EVEN though hospital waiting rooms have gotten a lot more comfortable than they used to be, they still aren't the best places in the world to wait. Lucky for me I had this graphic novel to keep me company. I was three chapters in when an idle orderly walked over to where I was sitting.
“Is that a manga, sir?” he asked.
“Yeah, it sure looks like it, but actually it's not,” I said as I closed the book to show him the bright orange cover, which featured the two protagonists on a stroll and most of all, the inviting title: Halina Filipina.
The man looked pleasantly surprised. “I've read the artist's other works,” I continued, “and they're all in black-and-white too. So it's like manga that way.”
Those other works by Arnold Arre I was referring to are The Mythology Class and After Eden. If you've read those works before, my suggestion to you would be to drop all expectations when going on a leisurely walk with our heroes Halina and Cris. This time around, there won't be scenes of derring-do and magic nor will there be intensely romantic drama to hit you squarely in the feels.
It's a simple story, as lovely and uncomplicated as the happy-go-lucky Halina herself – and Arre meant it that way. “I wanted it to be a no-frills relationship story, something cozy compared to my other works. No interweaving subplots here – just two people realizing their differences and falling in love despite them,” he says.
The two people he's referring two are the half-American Halina and the down-and-out yet somehow chubby film journalist Cris. The bubbly Halina's on vacation in the Philippines to get in touch with relatives she's never met before, and the destitute intellectual Cris tries to pay the rent by writing about cookie-cutter Tagalog movies he's grown to despise. And as fate (or Arre the author) would have it, they happen to meet in a place so large and chaotic, their getting to know each other is a miracle in itself. That place is none other than Metro Manila.
Those of us who've lived and worked there can probably relate to Cris, who can't help but feel grumpy and jaded for being there all his life. Thankfully we have Halina to even things out with her fresh and untainted way of seeing things. And so Cris finds himself falling in love not just with Halina, but also with the things he used to take for granted that Halina finds fascinating. Things like isaw, the movie Batch '81, and the song Torpedo by the Eraserheads.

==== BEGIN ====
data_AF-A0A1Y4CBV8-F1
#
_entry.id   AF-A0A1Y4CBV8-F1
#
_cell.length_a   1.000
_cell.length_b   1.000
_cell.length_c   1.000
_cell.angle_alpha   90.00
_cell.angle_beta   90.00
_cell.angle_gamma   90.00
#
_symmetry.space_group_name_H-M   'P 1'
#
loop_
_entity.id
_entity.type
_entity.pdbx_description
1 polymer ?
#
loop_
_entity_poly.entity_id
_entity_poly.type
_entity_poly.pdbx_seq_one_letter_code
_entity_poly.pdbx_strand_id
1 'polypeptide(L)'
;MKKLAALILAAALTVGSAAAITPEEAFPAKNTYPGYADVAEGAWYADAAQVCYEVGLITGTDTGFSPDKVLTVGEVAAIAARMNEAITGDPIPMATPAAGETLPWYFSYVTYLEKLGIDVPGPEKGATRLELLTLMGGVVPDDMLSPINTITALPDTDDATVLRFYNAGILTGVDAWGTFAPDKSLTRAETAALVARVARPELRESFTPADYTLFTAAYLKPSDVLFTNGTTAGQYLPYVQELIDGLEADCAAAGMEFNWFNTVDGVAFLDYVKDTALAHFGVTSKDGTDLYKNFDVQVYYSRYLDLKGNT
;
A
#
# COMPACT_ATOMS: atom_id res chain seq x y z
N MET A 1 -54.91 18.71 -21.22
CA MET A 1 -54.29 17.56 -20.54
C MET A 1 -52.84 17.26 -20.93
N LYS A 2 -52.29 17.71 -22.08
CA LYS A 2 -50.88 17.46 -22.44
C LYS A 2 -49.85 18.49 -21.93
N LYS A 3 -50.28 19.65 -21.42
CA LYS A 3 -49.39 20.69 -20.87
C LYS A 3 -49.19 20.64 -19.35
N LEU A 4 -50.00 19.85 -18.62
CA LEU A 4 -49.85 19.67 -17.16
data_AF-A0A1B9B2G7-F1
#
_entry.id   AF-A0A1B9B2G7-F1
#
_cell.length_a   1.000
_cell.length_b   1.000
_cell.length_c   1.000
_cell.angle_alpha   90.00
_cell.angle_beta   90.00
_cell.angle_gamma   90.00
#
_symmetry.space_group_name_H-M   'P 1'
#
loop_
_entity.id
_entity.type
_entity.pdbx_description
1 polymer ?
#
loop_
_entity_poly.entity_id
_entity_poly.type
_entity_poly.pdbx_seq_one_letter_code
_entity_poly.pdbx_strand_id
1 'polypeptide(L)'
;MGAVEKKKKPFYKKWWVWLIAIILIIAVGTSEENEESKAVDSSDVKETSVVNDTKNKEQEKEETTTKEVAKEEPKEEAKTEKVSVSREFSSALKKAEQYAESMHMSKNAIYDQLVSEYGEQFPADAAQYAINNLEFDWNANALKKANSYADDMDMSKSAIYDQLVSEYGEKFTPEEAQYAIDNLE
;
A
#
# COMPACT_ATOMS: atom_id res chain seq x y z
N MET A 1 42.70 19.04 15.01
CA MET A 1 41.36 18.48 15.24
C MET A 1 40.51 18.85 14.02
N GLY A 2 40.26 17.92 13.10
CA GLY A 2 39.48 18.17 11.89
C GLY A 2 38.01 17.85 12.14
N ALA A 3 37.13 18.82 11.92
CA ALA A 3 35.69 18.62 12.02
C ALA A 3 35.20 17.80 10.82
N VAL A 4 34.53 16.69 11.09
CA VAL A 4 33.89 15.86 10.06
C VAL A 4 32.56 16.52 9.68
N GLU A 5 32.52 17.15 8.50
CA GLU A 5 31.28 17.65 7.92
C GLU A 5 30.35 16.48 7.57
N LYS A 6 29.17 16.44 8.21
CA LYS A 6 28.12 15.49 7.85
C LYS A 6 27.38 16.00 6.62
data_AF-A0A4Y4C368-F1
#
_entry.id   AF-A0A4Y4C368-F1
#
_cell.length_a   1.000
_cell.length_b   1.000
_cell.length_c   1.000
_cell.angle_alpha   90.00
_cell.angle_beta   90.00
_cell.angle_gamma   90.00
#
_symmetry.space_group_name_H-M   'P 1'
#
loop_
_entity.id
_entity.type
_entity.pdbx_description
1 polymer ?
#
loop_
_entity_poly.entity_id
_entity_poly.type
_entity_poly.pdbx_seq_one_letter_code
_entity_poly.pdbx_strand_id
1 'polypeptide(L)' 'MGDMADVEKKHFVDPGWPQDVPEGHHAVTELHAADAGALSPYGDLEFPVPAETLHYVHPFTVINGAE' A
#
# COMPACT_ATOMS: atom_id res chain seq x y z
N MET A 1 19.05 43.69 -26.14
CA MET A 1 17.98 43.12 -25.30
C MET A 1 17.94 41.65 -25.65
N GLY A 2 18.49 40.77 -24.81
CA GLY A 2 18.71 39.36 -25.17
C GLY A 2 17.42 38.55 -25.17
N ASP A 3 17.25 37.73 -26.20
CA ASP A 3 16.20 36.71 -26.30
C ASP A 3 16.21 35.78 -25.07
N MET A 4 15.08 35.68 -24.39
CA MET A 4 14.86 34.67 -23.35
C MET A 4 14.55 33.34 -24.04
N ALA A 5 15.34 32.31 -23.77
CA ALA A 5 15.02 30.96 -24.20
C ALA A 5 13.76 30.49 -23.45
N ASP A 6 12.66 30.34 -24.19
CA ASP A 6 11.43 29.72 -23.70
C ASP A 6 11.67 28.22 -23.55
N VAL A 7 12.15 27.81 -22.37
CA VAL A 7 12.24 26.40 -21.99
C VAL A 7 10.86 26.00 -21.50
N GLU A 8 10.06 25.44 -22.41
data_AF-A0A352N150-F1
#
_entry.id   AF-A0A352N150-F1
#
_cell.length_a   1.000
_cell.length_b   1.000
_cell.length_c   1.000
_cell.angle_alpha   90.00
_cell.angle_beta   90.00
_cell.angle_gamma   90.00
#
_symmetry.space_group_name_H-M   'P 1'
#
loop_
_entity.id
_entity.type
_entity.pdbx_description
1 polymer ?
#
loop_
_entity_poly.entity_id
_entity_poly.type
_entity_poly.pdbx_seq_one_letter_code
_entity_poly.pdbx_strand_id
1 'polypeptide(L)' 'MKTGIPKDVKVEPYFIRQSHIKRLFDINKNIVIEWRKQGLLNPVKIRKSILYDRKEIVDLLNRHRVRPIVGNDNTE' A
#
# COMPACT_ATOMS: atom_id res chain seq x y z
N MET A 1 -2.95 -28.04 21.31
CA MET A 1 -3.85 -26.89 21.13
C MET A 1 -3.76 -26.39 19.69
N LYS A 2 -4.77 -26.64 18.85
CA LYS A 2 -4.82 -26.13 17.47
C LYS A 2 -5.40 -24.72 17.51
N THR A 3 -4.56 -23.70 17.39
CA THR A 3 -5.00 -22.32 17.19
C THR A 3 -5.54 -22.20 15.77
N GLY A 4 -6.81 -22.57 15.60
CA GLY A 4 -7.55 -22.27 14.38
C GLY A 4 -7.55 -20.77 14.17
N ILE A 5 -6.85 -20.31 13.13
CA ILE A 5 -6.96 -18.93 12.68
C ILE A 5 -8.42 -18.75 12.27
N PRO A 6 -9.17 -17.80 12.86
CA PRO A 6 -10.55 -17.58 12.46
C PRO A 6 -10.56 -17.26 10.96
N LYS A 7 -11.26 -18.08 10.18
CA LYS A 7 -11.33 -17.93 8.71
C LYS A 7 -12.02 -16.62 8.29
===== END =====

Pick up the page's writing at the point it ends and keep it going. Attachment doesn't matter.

As a reviewer, I do my best not to spoil myself before experiencing the work itself. Before opening Halina Filipina for the first time, I was thinking that perhaps our heroes would head out to other places in the Philippines as well – it turns out that most of the action takes place in Metro Manila. That's perfectly fine, but it would have been nice to see Halina and Cris go to places like Balanga or Dumaguete or Iligan to cover a short film festival or a movie shooting, or maybe even to Batanes, Bohol, or Siargao on account of Halina's modeling gig. Perhaps that'd be a good idea for a sequel (yes, things don't end badly for them – and I hope I'm not spoiling Halina by telling you that).
My own quibbles with Halina are few and not really worth mentioning here, except for one: Cris is rather chunky for the starving artist type, whereas his cocky and pretentious English-speaking, Ayala Avenue-type “rival” is as thin as a rail. Shouldn't it be the other way around? That is, unless Cris prioritizes food and beer over all other concerns, even paying the bills – but Cris isn't shown in the novel to be a glutton.
“Originally, I intended for Cris to be working in a fast food joint where, between breaks, he would write his film reviews,” says Arre about our movie critic. Cris's girth would have made more sense had he left that detail in. But don't let that get in the way of your enjoying this graphic novel. If Halina Filipina were a dish, think of it as home-cooked adobo – simple yet delectable.